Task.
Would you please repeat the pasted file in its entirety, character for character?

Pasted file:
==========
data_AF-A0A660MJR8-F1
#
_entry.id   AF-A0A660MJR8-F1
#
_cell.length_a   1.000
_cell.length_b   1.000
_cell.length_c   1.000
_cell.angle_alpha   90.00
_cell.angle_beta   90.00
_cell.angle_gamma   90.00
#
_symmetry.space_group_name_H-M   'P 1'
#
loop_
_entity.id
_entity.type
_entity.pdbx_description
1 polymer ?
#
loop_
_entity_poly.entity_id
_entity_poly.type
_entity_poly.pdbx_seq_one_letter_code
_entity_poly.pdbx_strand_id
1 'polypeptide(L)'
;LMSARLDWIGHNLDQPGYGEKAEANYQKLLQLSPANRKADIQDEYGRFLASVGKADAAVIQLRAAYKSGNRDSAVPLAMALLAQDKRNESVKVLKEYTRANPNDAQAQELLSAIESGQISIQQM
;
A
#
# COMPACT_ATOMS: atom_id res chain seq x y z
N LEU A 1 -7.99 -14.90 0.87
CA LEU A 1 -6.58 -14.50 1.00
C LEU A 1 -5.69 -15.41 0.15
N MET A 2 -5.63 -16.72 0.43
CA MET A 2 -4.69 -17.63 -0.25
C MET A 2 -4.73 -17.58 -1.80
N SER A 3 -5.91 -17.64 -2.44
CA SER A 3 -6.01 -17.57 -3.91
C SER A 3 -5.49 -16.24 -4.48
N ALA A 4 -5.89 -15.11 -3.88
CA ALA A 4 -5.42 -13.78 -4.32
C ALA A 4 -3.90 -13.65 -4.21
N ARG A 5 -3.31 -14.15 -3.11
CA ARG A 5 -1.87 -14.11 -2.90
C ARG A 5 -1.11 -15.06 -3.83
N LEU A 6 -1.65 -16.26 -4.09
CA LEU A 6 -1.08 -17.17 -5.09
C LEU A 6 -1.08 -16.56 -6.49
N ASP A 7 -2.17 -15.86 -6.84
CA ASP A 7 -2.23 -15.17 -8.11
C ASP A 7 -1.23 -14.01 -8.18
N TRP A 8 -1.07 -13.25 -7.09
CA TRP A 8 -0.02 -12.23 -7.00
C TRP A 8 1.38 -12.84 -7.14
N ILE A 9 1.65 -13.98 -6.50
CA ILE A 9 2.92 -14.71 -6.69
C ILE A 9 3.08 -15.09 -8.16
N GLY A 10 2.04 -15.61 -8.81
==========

data_AF-A0A660MJR8-F1
#
_entry.id   AF-A0A660MJR8-F1
#
_cell.length_a   1.000
_cell.length_b   1.000
_cell.length_c   1.000
_cell.angle_alpha   90.00
_cell.angle_beta   90.00
_cell.angle_gamma   90.00
#
_symmetry.space_group_name_H-M   'P 1'
#
loop_
_entity.id
_entity.type
_entity.pdbx_description
1 polymer ?
#
loop_
_entity_poly.entity_id
_entity_poly.type
_entity_poly.pdbx_seq_one_letter_code
_entity_poly.pdbx_strand_id
1 'polypeptide(L)'
;LMSARLDWIGHNLDQPGYGEKAEANYQKLLQLSPANRKADIQDEYGRFLASVGKADAAVIQLRAAYKSGNRDSAVPLAMALLAQDKRNESVKVLKEYTRANPNDAQAQELLSAIESGQISIQQM
;
A
#
# COMPACT_ATOMS: atom_id res chain seq x y z
N LEU A 1 -7.99 -14.90 0.87
CA LEU A 1 -6.58 -14.50 1.00
C LEU A 1 -5.69 -15.41 0.15
N MET A 2 -5.63 -16.72 0.43
CA MET A 2 -4.69 -17.63 -0.25
C MET A 2 -4.73 -17.58 -1.80
N SER A 3 -5.91 -17.64 -2.44
CA SER A 3 -6.01 -17.57 -3.91
C SER A 3 -5.49 -16.24 -4.48
N ALA A 4 -5.89 -15.11 -3.88
CA ALA A 4 -5.42 -13.78 -4.32
C ALA A 4 -3.90 -13.65 -4.21
N ARG A 5 -3.31 -14.15 -3.11
CA ARG A 5 -1.87 -14.11 -2.90
C ARG A 5 -1.11 -15.06 -3.83
N LEU A 6 -1.65 -16.26 -4.09
CA LEU A 6 -1.08 -17.17 -5.09
C LEU A 6 -1.08 -16.56 -6.49
N ASP A 7 -2.17 -15.86 -6.84
CA ASP A 7 -2.23 -15.17 -8.11
C ASP A 7 -1.23 -14.01 -8.18
N TRP A 8 -1.07 -13.25 -7.09
CA TRP A 8 -0.02 -12.23 -7.00
C TRP A 8 1.38 -12.84 -7.14
N ILE A 9 1.65 -13.98 -6.50
CA ILE A 9 2.92 -14.71 -6.69
C ILE A 9 3.08 -15.09 -8.16
N GLY A 10 2.04 -15.61 -8.81